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The conspiracy theories believed by a third of Britons


Eldorado

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As many as one in three people in the UK say conspiracies often promoted by some alternative media sources are definitely or probably true, including the “great replacement theory” – which suggests white people are being replaced by non-white immigrants – as well as claims that the cost of living crisis is a government plot to control the public, that “15-minute cities” are intended to keep people under surveillance, and that central bank digital currencies will be used to restrict people’s freedom.

Research by King’s College London for the new BBC Radio 4 podcast Marianna in Conspiracyland, also highlights the potential real-world impacts of such misinformation, finding that up to one in four people say they have either taken part in, or would be prepared to take part in, direct action on issues often linked to conspiracy theories.

King's College

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Posted (edited)

This might explain why there is much vigilantism. Most of this conspiracy twaddle has been compressed into lowbrow populism which appeals to the more primitive members of society who unfortunately are in the majority now.

Edited by Whelmar
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On 1/8/2024 at 1:05 PM, Whelmar said:

This might explain why there is much vigilantism. Most of this conspiracy twaddle has been compressed into lowbrow populism which appeals to the more primitive members of society who unfortunately are in the majority now.

Hominids will be hominids and they all vote Tory.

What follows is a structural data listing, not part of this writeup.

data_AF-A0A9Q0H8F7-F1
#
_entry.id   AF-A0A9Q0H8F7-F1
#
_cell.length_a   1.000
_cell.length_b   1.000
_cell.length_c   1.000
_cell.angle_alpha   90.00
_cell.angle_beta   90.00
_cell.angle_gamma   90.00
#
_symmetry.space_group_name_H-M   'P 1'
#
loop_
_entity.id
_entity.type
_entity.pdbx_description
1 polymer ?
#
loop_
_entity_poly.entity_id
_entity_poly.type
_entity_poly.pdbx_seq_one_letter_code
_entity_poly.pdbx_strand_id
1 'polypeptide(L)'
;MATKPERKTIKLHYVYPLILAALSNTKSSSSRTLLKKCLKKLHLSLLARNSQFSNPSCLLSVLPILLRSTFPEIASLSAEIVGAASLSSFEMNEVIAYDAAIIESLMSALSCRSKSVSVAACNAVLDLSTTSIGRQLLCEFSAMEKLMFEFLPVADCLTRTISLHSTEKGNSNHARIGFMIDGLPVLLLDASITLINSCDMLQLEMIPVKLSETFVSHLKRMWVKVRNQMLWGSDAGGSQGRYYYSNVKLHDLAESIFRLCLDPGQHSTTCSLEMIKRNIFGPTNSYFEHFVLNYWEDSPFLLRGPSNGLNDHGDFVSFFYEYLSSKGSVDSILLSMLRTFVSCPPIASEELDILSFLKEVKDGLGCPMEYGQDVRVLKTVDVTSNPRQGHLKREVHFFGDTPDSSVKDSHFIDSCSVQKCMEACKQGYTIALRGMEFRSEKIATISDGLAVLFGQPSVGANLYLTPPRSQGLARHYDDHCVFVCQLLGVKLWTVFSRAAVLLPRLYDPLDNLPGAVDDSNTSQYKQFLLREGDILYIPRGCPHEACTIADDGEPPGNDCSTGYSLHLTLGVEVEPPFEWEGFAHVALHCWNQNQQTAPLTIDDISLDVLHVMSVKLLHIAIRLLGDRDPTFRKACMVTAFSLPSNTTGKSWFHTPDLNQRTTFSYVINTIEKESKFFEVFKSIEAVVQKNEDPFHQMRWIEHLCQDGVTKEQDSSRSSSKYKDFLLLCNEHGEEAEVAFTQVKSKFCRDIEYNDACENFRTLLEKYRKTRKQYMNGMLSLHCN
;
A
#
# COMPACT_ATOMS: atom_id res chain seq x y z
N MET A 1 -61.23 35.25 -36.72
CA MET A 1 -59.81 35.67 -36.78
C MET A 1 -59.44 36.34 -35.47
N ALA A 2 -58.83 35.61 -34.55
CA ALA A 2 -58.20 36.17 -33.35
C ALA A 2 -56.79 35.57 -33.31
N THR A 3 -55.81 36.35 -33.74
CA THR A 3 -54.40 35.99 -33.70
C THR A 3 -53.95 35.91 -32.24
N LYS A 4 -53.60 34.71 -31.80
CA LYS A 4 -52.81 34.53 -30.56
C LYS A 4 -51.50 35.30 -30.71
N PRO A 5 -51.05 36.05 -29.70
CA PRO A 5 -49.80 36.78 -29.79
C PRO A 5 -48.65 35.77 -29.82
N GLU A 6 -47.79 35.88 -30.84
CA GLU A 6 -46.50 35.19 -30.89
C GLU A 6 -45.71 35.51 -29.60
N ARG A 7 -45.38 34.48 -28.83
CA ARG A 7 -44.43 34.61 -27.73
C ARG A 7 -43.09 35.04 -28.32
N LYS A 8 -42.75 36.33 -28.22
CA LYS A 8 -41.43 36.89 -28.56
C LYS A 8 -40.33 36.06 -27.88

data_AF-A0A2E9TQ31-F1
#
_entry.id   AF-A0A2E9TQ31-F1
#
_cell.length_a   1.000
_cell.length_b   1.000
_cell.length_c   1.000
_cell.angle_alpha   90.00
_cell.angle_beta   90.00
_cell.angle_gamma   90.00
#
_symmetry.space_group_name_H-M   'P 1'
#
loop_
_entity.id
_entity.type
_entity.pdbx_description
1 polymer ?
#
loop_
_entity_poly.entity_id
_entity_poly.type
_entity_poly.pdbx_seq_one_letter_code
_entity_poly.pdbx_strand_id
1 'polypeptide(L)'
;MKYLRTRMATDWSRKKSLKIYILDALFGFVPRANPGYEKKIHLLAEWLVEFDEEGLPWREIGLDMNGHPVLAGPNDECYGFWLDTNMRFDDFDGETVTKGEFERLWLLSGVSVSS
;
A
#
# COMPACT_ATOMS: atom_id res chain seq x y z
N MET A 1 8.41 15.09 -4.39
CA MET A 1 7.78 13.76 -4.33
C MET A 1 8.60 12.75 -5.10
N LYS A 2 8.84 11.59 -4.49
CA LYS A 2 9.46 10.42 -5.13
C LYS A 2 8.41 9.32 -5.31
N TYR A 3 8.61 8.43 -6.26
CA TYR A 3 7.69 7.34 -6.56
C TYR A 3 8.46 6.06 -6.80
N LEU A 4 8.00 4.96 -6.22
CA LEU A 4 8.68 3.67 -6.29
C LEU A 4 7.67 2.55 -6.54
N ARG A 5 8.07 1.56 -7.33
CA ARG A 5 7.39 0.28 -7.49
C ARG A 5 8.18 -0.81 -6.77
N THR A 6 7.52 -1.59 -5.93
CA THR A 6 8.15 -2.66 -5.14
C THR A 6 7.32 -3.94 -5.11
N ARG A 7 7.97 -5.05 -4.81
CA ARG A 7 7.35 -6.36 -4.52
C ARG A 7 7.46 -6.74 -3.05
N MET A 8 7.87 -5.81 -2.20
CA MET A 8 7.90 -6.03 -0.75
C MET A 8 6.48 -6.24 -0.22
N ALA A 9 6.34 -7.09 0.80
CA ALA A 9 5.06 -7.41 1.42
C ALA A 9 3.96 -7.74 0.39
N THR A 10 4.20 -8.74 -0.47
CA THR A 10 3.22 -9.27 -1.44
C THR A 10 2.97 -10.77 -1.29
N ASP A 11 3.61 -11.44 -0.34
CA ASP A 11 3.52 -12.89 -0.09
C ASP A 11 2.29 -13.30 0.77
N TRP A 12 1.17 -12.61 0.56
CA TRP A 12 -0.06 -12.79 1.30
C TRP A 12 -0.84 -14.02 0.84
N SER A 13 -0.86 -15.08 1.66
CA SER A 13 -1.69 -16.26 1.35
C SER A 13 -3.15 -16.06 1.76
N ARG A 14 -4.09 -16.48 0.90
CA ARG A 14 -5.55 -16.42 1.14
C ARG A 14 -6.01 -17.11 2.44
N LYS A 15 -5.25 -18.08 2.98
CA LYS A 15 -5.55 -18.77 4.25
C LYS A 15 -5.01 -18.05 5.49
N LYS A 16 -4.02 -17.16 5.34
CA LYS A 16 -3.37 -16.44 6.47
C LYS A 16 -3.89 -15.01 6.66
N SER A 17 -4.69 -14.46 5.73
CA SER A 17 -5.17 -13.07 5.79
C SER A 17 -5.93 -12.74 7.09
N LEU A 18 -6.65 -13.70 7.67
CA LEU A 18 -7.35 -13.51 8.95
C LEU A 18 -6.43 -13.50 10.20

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On 6/14/2023 at 4:40 PM, Eldorado said:

As many as one in three people in the UK say conspiracies often promoted by some alternative media sources are definitely or probably true, including the “great replacement theory” – which suggests white people are being replaced by non-white immigrants – as well as claims that the cost of living crisis is a government plot to control the public, that “15-minute cities” are intended to keep people under surveillance, and that central bank digital currencies will be used to restrict people’s freedom.

Research by King’s College London for the new BBC Radio 4 podcast Marianna in Conspiracyland, also highlights the potential real-world impacts of such misinformation, finding that up to one in four people say they have either taken part in, or would be prepared to take part in, direct action on issues often linked to conspiracy theories.

King's College

White replacement is a product of Feminism, pure and simple.  If white women won't breed, or won't breed with white men for spurious ideological reasons, then the outcome is obvious.  Also children are expensive to raise in the developed world.

The cost of living crisis is simply monopolistic price gouging by supermarket chains.  Yes, governments could act to break up those monopolies, and should.  Go to a farmers market if you don't like being ripped off.

The 15 minute city idea has been around for longer than I have been alive afaik.  The idea comes from Town Planning theorists and it exists to promote an easy and convenient life for people.  The idea being that everything you need is within a convenient distance.  This has been redoubled by the need to reduce pollution, as shorter travel times means fewer emissions.  The surveillance state issue is far more recent, as good surveillance cameras haven't existed at a decent price point for more than about 20 years.  On the other hand, a surveillance camera means criminals are less likely to swipe your car, so if you aren't a criminal, consider the trade-off.

As for digital currencies...  Remember when Bitcoin and all the other digital currencies first flooded onto the market?  They haven't been ended.  Drug dealers the world over still hide and launder their money via Bitcoin etc.  National governments are very slow adopters of electronic currencies.  Also, paper currency still exists.  So how have these developments removed your freedoms?  It seems we have more choice than ever before from what I can see.

If you have a serious counter argument to any of these points, I'd love to have you try and change my mind.

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